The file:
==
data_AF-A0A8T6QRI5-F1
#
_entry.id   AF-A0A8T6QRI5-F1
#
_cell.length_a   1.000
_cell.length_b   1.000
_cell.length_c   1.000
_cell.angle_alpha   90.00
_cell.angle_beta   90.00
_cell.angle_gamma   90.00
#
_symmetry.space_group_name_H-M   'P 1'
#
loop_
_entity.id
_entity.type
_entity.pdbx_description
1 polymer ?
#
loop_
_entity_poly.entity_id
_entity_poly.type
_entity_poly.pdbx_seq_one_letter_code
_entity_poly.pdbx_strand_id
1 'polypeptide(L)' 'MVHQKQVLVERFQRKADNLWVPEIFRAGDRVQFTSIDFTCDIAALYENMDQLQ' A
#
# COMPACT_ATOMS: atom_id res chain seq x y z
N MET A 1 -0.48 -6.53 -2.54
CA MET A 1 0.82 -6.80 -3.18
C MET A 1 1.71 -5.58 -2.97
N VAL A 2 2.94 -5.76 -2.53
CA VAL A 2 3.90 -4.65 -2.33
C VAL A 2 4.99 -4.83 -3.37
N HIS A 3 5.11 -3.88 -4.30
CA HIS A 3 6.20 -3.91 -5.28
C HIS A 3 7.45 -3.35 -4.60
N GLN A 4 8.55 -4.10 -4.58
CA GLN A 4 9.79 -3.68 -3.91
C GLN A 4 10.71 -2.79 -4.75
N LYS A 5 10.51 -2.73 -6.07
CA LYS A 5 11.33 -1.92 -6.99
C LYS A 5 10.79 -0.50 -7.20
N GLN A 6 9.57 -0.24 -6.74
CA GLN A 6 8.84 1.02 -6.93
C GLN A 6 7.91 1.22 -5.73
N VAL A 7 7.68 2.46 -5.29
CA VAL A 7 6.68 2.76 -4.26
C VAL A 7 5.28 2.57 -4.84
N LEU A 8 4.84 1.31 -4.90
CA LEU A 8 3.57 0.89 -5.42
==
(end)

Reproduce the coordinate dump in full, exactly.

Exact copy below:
data_AF-A0A8T6QRI5-F1
#
_entry.id   AF-A0A8T6QRI5-F1
#
_cell.length_a   1.000
_cell.length_b   1.000
_cell.length_c   1.000
_cell.angle_alpha   90.00
_cell.angle_beta   90.00
_cell.angle_gamma   90.00
#
_symmetry.space_group_name_H-M   'P 1'
#
loop_
_entity.id
_entity.type
_entity.pdbx_description
1 polymer ?
#
loop_
_entity_poly.entity_id
_entity_poly.type
_entity_poly.pdbx_seq_one_letter_code
_entity_poly.pdbx_strand_id
1 'polypeptide(L)' 'MVHQKQVLVERFQRKADNLWVPEIFRAGDRVQFTSIDFTCDIAALYENMDQLQ' A
#
# COMPACT_ATOMS: atom_id res chain seq x y z
N MET A 1 -0.48 -6.53 -2.54
CA MET A 1 0.82 -6.80 -3.18
C MET A 1 1.71 -5.58 -2.97
N VAL A 2 2.94 -5.76 -2.53
CA VAL A 2 3.90 -4.65 -2.33
C VAL A 2 4.99 -4.83 -3.37
N HIS A 3 5.11 -3.88 -4.30
CA HIS A 3 6.20 -3.91 -5.28
C HIS A 3 7.45 -3.35 -4.60
N GLN A 4 8.55 -4.10 -4.58
CA GLN A 4 9.79 -3.68 -3.91
C GLN A 4 10.71 -2.79 -4.75
N LYS A 5 10.51 -2.73 -6.07
CA LYS A 5 11.33 -1.92 -6.99
C LYS A 5 10.79 -0.50 -7.20
N GLN A 6 9.57 -0.24 -6.74
CA GLN A 6 8.84 1.02 -6.93
C GLN A 6 7.91 1.22 -5.73
N VAL A 7 7.68 2.46 -5.29
CA VAL A 7 6.68 2.76 -4.26
C VAL A 7 5.28 2.57 -4.84
N LEU A 8 4.84 1.31 -4.90
CA LEU A 8 3.57 0.89 -5.42